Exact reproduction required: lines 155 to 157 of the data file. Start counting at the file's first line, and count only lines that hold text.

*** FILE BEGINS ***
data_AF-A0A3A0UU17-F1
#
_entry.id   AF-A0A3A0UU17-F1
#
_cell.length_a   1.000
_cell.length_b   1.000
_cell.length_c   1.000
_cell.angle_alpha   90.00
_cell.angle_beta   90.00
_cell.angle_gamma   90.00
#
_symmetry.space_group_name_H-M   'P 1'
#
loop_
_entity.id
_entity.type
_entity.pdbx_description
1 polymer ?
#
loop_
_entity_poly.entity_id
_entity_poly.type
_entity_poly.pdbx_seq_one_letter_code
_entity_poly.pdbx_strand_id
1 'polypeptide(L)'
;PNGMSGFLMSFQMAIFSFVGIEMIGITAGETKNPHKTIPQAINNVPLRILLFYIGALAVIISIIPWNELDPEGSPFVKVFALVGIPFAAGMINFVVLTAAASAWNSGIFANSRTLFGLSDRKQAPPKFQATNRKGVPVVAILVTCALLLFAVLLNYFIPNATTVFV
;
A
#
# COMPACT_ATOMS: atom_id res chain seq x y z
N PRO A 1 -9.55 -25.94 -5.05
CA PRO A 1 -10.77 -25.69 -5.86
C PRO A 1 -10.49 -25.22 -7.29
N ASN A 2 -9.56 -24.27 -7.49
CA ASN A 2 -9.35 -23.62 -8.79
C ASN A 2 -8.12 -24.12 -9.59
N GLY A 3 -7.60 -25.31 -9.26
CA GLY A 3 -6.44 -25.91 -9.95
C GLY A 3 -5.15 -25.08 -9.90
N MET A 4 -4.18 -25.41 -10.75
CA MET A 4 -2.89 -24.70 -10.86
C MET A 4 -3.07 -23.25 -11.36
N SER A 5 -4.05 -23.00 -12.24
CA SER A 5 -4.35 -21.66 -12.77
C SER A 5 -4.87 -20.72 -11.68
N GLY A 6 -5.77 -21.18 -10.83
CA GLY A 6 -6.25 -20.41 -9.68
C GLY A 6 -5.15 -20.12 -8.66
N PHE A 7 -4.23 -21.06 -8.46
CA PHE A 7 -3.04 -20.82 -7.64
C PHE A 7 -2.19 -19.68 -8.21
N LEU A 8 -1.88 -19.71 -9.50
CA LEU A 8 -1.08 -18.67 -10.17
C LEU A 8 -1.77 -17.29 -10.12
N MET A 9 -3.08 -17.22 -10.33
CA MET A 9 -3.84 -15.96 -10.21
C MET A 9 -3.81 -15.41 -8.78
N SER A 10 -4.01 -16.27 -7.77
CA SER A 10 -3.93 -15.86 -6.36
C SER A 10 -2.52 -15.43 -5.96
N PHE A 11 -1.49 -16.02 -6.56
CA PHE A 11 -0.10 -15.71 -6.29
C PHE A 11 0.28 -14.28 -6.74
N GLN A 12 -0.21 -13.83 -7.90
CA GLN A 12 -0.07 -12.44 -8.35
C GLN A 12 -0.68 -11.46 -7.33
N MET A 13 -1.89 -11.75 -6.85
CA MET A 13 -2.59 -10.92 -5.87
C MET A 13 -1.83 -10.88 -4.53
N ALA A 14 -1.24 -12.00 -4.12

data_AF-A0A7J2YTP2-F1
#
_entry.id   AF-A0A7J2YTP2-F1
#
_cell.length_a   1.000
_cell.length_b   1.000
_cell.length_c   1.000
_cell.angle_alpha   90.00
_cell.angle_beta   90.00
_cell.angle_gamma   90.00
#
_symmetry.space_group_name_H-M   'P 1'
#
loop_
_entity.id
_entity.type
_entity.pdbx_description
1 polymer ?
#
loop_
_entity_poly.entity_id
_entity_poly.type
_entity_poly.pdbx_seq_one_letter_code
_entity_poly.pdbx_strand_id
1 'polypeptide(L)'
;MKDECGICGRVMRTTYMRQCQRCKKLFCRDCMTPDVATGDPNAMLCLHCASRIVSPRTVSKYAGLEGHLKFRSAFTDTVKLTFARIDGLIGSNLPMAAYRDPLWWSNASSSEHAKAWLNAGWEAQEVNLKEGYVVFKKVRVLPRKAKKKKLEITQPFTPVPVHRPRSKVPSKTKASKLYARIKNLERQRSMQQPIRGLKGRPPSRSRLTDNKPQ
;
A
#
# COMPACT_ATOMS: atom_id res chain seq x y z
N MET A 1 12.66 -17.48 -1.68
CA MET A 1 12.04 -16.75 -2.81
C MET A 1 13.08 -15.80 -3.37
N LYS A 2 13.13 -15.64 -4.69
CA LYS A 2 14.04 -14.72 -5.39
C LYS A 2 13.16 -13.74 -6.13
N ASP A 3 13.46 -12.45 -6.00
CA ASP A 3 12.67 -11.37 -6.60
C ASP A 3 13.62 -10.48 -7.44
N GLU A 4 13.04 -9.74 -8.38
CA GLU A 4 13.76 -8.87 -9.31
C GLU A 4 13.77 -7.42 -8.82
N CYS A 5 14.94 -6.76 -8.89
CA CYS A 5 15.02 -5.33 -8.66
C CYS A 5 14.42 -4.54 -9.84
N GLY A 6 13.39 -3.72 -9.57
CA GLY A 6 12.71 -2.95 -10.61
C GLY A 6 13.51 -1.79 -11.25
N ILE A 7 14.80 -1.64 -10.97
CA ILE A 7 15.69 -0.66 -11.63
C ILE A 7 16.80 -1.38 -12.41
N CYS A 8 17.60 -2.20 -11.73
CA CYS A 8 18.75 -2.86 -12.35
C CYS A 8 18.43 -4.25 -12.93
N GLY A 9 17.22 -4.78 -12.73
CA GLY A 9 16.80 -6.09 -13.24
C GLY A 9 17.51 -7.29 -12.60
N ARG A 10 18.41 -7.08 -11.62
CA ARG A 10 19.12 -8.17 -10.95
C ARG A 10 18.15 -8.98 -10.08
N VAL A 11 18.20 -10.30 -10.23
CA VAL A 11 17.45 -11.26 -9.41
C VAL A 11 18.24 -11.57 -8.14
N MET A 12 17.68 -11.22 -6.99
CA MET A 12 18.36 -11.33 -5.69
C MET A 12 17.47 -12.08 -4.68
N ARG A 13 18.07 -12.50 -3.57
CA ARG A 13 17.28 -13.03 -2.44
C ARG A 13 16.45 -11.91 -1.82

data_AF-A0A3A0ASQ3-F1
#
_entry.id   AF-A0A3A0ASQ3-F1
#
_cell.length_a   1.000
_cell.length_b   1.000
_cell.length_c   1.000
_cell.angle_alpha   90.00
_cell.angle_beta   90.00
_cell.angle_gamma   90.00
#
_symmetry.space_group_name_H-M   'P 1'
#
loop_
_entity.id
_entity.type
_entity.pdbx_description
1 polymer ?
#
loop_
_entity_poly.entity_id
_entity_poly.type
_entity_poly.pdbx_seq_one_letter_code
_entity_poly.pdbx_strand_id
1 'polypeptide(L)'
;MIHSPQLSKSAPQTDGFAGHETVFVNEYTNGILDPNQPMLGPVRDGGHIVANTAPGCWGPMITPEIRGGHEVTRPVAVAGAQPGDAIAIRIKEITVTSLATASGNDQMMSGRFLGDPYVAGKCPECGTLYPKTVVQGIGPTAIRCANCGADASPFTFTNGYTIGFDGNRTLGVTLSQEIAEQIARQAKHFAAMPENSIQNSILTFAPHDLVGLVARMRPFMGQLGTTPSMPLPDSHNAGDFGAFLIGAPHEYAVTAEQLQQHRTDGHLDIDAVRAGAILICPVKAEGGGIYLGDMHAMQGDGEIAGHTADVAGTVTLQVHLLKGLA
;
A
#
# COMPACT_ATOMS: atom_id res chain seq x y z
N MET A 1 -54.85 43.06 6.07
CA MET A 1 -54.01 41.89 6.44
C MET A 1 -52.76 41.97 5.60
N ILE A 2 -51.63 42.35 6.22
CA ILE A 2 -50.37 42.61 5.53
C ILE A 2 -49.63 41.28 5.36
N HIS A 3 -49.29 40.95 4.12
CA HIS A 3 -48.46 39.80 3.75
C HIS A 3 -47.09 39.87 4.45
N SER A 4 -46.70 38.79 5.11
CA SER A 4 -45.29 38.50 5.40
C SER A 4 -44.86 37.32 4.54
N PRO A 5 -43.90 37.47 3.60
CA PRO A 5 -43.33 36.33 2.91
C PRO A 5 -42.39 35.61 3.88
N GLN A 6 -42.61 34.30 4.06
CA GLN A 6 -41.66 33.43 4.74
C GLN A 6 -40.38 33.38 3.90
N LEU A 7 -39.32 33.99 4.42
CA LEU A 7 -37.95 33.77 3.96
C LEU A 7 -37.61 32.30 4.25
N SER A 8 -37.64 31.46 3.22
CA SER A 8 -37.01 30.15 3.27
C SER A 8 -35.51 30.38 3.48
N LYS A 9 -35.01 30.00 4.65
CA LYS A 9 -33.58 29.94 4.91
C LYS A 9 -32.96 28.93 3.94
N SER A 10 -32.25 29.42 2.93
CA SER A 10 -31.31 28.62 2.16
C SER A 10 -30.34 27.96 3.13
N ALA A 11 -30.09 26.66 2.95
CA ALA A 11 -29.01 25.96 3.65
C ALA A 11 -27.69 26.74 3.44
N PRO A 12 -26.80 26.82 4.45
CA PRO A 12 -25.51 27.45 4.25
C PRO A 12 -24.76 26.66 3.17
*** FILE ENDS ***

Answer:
_entity.type
_entity.pdbx_description
1 polymer ?